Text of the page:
Thanks to everyone who donated to Brennan and I this year. There were a number of people who dug deep into their wallets and made donations in the last week, including a few that I know donated money that was budgeted for other expenses. I appreciate every penny.

The Trip
The drive up was great Ken from work rode up with Brennan and I. We left work early and made it on the rode by 1:00. Ken had to be at the Logan Fairgrounds around 4:00, so we had plenty of time. He volunteered (and worked very hard) on Friday and Saturday and rode with us on Sunday, which worked out perfectly. He also had a room at USU, so we had a place to shower even though I was camped at the fairgrounds.

We got to the fairgrounds early enough that I got a great camping space. Friday night was Team Dinner Night, and the Harmon's chefs put together a fantastic buffet of salmon, chicken, pasta salad and fruit. For a while I was sitting across from Dean, who I found out was the president of Harmons. Turns out that years ago he started as a stocker and worked is way up to the top. Inspiring.

Saturday's Ride
Brennan and I set out on Saturday not really knowing which of the three options (40,75 or 100 miles) we were going to ride. We really did very little training for the ride this year. We met Ryan and Natalie (friends from out neighborhood) at and early rest stop, but they were planning on riding the 40 route and we were feeling pretty good.

We then hooked up with Carmen from my spinning class. She was riding with Sophia who owns the salon where my wife and kids get their hair done. They had trained quite a bit more than we had and were planning on doing the 75. We rode with them to lunch and beyond, hoping to finish strong and together.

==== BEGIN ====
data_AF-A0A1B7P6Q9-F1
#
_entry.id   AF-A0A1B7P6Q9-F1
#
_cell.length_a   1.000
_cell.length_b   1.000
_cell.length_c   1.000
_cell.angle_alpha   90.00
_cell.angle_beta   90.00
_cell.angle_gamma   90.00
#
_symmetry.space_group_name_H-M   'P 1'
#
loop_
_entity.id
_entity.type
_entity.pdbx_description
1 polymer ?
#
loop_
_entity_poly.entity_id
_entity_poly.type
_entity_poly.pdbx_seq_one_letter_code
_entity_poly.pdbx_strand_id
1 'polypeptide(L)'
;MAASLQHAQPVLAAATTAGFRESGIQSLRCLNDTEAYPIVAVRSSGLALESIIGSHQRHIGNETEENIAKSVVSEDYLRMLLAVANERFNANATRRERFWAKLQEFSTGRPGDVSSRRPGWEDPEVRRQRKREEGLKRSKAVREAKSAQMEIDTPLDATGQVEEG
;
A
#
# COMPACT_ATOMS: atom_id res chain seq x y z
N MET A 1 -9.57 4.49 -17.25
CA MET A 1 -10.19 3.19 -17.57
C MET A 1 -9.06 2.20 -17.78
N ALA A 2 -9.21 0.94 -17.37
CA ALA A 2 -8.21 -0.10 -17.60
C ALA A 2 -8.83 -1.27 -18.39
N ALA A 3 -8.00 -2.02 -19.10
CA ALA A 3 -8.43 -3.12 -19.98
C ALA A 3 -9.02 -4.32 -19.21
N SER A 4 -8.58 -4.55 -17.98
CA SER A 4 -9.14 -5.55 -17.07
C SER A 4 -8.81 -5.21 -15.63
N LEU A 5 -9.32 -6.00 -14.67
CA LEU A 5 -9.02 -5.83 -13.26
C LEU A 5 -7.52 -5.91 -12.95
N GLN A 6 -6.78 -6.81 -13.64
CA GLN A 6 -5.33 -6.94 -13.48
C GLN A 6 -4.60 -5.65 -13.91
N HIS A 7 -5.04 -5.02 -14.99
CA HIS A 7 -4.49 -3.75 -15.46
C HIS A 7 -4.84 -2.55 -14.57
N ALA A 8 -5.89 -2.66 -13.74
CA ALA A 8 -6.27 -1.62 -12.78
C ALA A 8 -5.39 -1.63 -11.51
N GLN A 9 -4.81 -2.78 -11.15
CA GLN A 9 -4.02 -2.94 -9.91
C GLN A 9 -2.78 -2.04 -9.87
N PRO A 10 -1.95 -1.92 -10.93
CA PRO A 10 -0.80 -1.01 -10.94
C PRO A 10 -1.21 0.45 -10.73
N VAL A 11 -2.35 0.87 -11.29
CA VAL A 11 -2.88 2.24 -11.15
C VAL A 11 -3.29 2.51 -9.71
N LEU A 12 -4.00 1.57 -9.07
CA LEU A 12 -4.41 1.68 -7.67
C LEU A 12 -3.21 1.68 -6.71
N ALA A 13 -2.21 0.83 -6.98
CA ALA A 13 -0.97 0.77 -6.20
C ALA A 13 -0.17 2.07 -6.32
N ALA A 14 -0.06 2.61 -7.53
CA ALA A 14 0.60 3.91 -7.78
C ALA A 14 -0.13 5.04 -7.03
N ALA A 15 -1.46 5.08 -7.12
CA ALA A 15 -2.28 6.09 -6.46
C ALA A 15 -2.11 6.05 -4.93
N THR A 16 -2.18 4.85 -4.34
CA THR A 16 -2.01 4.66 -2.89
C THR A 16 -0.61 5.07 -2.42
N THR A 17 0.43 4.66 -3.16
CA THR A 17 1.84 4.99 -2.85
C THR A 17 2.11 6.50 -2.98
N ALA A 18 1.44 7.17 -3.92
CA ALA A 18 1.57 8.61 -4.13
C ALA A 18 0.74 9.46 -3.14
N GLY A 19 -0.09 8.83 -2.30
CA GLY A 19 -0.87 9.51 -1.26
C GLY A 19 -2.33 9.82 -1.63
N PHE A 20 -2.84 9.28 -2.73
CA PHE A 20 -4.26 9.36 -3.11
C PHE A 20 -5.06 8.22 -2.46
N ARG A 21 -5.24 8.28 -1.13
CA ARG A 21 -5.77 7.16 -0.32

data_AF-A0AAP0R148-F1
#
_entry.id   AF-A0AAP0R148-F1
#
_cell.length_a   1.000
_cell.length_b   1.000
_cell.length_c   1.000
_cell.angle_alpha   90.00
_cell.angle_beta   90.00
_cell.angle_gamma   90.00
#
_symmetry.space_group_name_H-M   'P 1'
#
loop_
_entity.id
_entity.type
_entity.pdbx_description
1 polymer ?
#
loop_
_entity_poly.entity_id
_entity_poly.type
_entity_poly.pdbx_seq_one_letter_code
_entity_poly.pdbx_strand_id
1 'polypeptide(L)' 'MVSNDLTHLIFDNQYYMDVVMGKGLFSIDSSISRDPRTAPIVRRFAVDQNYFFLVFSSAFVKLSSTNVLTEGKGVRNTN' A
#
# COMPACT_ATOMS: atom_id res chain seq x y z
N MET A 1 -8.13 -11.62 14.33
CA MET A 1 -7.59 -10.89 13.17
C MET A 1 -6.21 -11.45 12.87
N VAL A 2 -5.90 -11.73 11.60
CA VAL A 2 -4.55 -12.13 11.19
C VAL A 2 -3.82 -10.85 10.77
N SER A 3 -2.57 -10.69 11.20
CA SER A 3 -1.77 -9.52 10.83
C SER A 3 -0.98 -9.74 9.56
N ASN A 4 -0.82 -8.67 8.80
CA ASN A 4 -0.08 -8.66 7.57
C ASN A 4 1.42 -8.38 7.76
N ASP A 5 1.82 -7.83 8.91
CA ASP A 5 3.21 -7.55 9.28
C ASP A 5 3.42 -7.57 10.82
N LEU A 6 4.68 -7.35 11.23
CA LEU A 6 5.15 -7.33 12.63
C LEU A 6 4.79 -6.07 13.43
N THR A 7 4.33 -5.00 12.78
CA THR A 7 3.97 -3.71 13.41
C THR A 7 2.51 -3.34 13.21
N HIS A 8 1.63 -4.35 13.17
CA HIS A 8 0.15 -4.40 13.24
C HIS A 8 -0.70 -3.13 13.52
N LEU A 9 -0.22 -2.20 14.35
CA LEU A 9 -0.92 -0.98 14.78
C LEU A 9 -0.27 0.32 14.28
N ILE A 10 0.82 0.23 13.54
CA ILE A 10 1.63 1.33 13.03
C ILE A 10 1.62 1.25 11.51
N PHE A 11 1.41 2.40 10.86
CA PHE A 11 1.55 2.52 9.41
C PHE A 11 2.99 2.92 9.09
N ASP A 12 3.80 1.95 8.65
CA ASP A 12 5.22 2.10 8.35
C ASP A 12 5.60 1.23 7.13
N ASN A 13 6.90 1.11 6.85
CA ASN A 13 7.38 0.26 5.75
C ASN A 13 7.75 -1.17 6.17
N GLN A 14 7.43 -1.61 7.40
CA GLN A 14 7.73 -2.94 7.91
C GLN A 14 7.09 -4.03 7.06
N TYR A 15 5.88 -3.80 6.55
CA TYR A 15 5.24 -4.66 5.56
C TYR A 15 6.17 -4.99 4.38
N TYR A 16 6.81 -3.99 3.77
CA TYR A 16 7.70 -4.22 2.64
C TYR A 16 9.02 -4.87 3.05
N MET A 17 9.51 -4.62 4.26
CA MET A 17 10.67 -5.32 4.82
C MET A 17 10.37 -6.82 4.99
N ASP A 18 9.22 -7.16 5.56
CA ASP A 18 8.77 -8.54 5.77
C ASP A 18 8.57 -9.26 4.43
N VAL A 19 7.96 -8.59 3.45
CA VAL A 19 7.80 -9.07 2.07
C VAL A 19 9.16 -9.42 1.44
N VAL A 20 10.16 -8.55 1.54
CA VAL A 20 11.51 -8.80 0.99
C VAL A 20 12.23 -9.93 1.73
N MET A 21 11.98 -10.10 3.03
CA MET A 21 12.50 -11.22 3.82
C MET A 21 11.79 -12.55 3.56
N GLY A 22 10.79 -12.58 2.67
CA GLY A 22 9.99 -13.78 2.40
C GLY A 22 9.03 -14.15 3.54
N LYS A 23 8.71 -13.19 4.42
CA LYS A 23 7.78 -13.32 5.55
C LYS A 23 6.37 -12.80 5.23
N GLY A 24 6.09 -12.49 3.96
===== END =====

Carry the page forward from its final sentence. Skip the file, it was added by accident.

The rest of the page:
The Phone Call
Right before leaving on the ride I debated whether to bring my cell phone. I'm glad I did, even though it led to an interrupted ride. Neither Carmen nor Sophia had much experience riding in a pace line, so I was explaining to Sophia how to follow someones wheel safely when my phone rang.

Right before we left for Logan I had pushed some changes to one of my projects into production. On the phone was my boss, letting me know that the changes had a serious bug. It took about 45 minutes to walk him through the final stages of troubleshooting, backing out the bad code and publishing a clean application. Overall that went pretty well.

After 45 minutes of 'rest' hiding behind a tree so that every group that went by wouldn't ask me if I was okay, I felt pretty good. I cruised through the last rest stop in into the finish feeling pretty strong.

(To be continued...)